I remember when Barnes & Noble first opened in my hometown. Before that, we had a cramped Crown Books and some lovely, but limited, libraries. Barnes & Noble was a revelation. There was something wondrous about a room with that many books, each of them a doorway to unknown worlds, ideas and lives. That’s still the feeling, for me, of walking into a great bookstore: limitlessness.
I was, as you might suspect, a bookish and awkward child. My father, bless him, began taking me to Barnes & Noble three, often four, nights a week. I’d camp out in the fantasy section, paging through spinoffs in the extended “Star Wars” and Dungeons & Dragons worlds, wishing there were more entries in the “Dragonriders of Pern” series, crestfallen when the announcement rang out that the store would soon close.
As I got older, the books changed, but the habit didn’t. I went through a phase of obsessively reading car magazines, which Barnes & Noble also carried, and then periods where I’d pile philosophy tomes I didn’t understand or meditation manuals I wouldn’t follow atop the table in front of me. I loved sitting with a stack of graphic novels, which I rarely had the pocket money to purchase but that I read, then and now, with pure pleasure.
That was the lure of Barnes & Noble for me. It wasn’t so much a place to buy books as a place to be among them for as long as you wanted. Unlike Crown, Barnes & Noble had space to sit, and it seemed to want you to sit there. Unlike the library, it was open till 9, sometimes till 10. I hated school. I wasn’t invited to parties. I loved Barnes & Noble.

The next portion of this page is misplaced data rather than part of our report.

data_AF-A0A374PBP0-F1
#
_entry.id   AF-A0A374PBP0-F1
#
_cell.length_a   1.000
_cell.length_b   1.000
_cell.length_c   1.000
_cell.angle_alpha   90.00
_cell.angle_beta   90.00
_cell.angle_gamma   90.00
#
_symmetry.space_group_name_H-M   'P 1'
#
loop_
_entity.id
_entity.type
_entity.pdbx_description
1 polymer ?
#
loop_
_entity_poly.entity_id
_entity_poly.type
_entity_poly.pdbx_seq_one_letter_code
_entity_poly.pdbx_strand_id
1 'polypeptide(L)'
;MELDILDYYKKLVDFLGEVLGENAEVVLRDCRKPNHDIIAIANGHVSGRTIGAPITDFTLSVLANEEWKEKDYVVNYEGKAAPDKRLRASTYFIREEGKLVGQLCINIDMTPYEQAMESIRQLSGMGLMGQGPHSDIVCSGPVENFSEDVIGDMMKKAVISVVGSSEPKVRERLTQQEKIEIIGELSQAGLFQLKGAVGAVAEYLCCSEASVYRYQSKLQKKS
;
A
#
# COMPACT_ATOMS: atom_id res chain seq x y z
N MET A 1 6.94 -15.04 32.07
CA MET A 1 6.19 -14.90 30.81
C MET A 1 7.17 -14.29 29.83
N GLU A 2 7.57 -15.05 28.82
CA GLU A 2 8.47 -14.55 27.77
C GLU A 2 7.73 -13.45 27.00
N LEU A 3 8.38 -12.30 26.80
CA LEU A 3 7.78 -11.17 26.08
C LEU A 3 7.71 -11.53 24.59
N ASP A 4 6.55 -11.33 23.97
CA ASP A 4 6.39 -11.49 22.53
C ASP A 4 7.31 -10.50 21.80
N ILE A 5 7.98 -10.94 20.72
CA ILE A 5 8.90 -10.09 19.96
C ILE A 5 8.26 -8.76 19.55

As I got older, I moved to towns with great independent bookstores. I went to college in Santa Cruz, California, and Bookshop Santa Cruz still holds pride of place in my heart. I will never be within 30 miles and not visit it. I lived in Washington, D.C., and spent my nights at Politics and Prose. And I watched Barnes & Noble — and Borders, which always felt to me like a wan imitation — begin to fail.
Commerce was moving relentlessly online. A Barnes & Noble store was large, but Amazon’s selection was endless. E-readers made questions of distance and delivery obsolete. I could download anything I wanted at 11:30 p.m. because I couldn’t sleep, and surely this one Thich Nhat Hanh tract I didn’t yet own would calm my nerves. And the chain bookstores were becoming something else: toy stores, DVD hawkers and, in a particularly weird bid to save the business, restaurants. Borders went bankrupt, and Barnes & Noble seemed likely to follow.